We want our kids to succeed in life. That seems reasonable and loving. But the way we encourage them to get to that success may be unreasonable and unrealistic and do more harm than good. We want our kids to have straight As in school, get accepted to best colleges, be on the teams that win and be popular. We want our kids to get noticed by their teachers, be the most valuable player or performer and be someone we can talk about to our friends about.
First, we have to ask, who do we really want this for – is it more about us than them? And, are our expectations so significant that we overwhelm our kids with activities, tutors, special training and practices, experts that fill their lives and make them think perfection and achievement is the only way ahead?
I hosted a career program for a class of students at an affluent private high school in my city. The reason for hosting this program is one of the professionals at the school saw how overwhelmed and pressured the students were to do what it took to get into prestigious colleges – it was all that their parents (and therefore they) talked about. These students were strung out on caffeine drinks, studying for 6 or more hours a night, enrolled in advanced placement courses, busy all weekend in community service projects, taking music lessons and playing sports – all to look amazing to their Ivy League college admissions departments. They openly shared that they were panicking about whether their grades were high enough, were involved in enough activities and if they were living up to their parents’ expectations. “Be the best – it is the only way ahead,” I remember hearing one parent tell their son as he arrived to the program. Many of these kids were ready to explode.
Getting pushed to the brink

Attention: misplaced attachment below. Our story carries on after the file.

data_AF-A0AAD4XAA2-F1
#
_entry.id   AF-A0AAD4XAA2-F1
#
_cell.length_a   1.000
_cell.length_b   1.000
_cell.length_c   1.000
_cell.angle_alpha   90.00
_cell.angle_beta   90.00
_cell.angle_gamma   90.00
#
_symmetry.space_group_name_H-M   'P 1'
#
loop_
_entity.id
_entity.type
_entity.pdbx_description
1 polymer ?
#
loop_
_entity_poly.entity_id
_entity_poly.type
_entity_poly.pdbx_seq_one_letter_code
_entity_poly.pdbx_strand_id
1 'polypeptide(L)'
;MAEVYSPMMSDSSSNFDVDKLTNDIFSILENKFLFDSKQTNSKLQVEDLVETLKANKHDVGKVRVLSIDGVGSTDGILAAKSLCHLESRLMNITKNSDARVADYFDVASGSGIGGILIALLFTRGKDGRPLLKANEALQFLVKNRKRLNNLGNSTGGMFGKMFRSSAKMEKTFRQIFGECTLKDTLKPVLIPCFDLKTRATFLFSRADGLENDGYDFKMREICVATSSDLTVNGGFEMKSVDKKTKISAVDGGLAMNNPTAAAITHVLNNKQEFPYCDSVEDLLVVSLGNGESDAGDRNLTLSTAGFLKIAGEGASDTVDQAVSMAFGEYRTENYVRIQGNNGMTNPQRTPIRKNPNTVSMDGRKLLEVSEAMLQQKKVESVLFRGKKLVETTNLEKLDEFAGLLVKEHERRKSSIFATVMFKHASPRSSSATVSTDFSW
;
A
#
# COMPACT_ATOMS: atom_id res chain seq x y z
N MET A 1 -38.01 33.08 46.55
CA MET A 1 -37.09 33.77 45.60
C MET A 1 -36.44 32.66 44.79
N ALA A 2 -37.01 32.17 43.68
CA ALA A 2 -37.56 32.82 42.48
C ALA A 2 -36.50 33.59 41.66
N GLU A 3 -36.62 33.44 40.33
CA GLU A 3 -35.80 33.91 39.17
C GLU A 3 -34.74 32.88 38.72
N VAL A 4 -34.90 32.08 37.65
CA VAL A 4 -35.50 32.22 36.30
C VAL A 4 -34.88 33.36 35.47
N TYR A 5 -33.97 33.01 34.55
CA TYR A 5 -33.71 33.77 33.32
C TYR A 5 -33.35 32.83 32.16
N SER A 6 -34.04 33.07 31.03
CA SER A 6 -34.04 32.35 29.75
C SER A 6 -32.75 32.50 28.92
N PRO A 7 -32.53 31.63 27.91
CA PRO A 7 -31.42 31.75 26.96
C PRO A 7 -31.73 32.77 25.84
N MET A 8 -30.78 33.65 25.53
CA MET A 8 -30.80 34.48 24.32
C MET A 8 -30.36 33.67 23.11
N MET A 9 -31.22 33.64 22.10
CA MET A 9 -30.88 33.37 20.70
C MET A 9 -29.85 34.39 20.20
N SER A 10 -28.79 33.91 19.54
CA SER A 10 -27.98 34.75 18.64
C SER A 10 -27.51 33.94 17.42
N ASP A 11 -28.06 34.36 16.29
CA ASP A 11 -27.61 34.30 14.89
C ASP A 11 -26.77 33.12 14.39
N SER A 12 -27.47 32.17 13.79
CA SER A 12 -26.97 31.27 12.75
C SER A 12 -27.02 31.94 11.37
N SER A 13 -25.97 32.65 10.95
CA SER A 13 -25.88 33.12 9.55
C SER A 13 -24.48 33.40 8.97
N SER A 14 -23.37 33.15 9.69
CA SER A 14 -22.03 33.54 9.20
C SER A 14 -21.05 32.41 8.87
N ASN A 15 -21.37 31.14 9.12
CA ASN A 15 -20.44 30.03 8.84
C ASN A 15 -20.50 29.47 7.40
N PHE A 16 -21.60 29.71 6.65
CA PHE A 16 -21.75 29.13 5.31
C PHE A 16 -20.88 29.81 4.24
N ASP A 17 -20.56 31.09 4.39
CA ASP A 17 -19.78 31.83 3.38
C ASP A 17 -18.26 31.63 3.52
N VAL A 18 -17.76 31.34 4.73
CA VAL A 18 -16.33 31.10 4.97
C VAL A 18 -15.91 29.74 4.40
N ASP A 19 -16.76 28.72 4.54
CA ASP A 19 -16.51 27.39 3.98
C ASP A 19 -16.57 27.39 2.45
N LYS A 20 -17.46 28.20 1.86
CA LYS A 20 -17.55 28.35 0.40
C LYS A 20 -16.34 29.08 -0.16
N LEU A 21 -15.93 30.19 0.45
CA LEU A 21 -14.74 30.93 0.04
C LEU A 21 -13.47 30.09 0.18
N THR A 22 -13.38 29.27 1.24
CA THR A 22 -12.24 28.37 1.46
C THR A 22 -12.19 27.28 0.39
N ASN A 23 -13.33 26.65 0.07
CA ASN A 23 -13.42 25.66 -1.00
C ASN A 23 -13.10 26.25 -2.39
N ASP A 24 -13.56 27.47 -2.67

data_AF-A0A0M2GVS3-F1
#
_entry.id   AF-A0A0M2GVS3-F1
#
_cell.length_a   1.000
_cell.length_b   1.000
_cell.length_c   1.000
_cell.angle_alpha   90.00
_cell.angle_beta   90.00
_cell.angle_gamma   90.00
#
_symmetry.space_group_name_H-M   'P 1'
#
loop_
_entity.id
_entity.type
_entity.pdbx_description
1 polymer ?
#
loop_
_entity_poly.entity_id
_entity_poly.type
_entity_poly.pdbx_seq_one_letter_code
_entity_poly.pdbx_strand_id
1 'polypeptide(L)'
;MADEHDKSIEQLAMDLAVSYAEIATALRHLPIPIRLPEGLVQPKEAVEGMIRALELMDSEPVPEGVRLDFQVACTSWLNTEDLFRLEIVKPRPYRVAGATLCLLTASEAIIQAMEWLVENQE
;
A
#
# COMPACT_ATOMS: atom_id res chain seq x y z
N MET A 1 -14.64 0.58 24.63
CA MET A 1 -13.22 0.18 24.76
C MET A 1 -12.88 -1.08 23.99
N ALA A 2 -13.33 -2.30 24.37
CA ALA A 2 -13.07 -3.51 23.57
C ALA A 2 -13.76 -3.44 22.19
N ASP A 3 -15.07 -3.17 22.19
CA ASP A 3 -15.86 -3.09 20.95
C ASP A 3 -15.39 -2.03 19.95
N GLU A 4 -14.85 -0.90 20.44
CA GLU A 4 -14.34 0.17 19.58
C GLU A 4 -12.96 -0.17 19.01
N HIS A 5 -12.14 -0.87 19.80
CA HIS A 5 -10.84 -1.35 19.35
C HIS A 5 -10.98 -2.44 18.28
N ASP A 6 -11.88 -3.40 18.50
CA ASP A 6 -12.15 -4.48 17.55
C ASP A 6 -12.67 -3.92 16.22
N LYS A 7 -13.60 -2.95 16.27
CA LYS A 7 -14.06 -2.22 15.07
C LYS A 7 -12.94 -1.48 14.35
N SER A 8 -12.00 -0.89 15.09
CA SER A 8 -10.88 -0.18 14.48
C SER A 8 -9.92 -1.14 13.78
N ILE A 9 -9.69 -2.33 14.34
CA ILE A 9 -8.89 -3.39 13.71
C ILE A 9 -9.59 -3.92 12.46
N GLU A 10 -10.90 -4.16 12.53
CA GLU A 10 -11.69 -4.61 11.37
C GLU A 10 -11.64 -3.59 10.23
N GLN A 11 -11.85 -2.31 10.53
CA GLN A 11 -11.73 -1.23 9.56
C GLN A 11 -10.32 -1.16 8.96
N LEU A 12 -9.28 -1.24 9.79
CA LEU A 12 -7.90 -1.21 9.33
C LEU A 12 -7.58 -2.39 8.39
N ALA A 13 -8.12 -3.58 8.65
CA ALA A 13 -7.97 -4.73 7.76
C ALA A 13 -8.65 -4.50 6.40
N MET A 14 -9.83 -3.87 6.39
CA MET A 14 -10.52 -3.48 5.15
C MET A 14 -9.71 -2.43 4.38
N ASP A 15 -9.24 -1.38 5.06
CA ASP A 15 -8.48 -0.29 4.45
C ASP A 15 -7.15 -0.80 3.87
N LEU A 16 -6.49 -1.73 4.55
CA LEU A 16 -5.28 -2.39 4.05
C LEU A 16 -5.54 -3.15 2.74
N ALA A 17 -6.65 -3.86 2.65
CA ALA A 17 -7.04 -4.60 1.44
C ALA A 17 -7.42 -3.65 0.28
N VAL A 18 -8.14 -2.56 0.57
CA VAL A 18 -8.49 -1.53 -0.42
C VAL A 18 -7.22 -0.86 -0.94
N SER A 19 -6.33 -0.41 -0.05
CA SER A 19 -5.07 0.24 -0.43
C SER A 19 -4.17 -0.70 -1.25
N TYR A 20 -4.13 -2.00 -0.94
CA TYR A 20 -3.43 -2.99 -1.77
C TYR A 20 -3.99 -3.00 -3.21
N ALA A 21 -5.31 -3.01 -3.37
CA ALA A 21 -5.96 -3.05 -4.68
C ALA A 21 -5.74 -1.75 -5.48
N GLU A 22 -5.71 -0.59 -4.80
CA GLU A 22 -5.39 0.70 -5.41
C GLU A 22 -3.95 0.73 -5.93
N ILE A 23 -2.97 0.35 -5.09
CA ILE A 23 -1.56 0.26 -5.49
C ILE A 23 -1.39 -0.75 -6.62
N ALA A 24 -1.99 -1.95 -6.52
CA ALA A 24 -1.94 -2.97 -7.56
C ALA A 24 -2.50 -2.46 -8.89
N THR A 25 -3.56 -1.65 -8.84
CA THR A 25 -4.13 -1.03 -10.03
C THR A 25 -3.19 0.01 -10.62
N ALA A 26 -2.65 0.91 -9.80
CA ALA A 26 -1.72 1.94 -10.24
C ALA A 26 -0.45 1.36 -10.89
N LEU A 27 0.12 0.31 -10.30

Are we pushing our kids so hard because of our fears and our expectations that we make their lives unhappy? Are we pushing them into our definition of a successful life and forget that there is more to life than what school you go to, what job you have and how much money you make?
It is important to remember that each of us, particularly our kids, are a work-in-progress. They are figuring themselves out and how they fit into life – this takes time and is loaded with starts and stops, mistakes and learning. Pushing harder and harder to achieve more and better just wears our kids. “Perfection,” as mindfulness author Rachel Remen shares, “is the boobie prize in life.” It has us focus on an unrealistic standard that burns our kids out and makes them feel pressured, unsuccessful and unhappy.
A better way is to watch and acknowledge progress – progress in self-awareness, progress in making quality decisions, progress in showing up responsibly to their lives, progress in learning to be happy. Small consistent reasonable steps can yield some terrific long term results without all the added pressure of being the best.
Are you a high pressure parent – a Tiger Mom?
Consider these questions:
- Do you script your kid’s life with activities and required achievements and get upset when they do not perform?
- Do you find more wrong with your kids than right with them – your commentary and feedback is more about what’s missing and lacking instead of what’s present?
- Do you use others’ perspectives guide you in to what your kids should be doing and achieving instead of connecting to what is meaningful and important for your kid?
- Are you more concerned with impressing others with your child’s accomplishments than by allowing your child to have input in making meaningful personal choices?
The solution to all of these is to first stop and notice. Do you do these? Then, notice the impact on your child. Does this raise the quality of their lives or lower it? Kids develop in their own time and in their own way. What if you pushed and directed less and questioned and communicated more? What might you fight out about who they are and what they want in their lives.
It is indeed a great thing to have goals – and some ‘reach’ goals are great. But if your son or daughter truly feels that life is terrible because of the pressure to constantly achieve, perform or be the best, tune in. This is a signal that things need to change, and you are the best one to help bring about this change. Care more about their happiness and health than awards and achievement.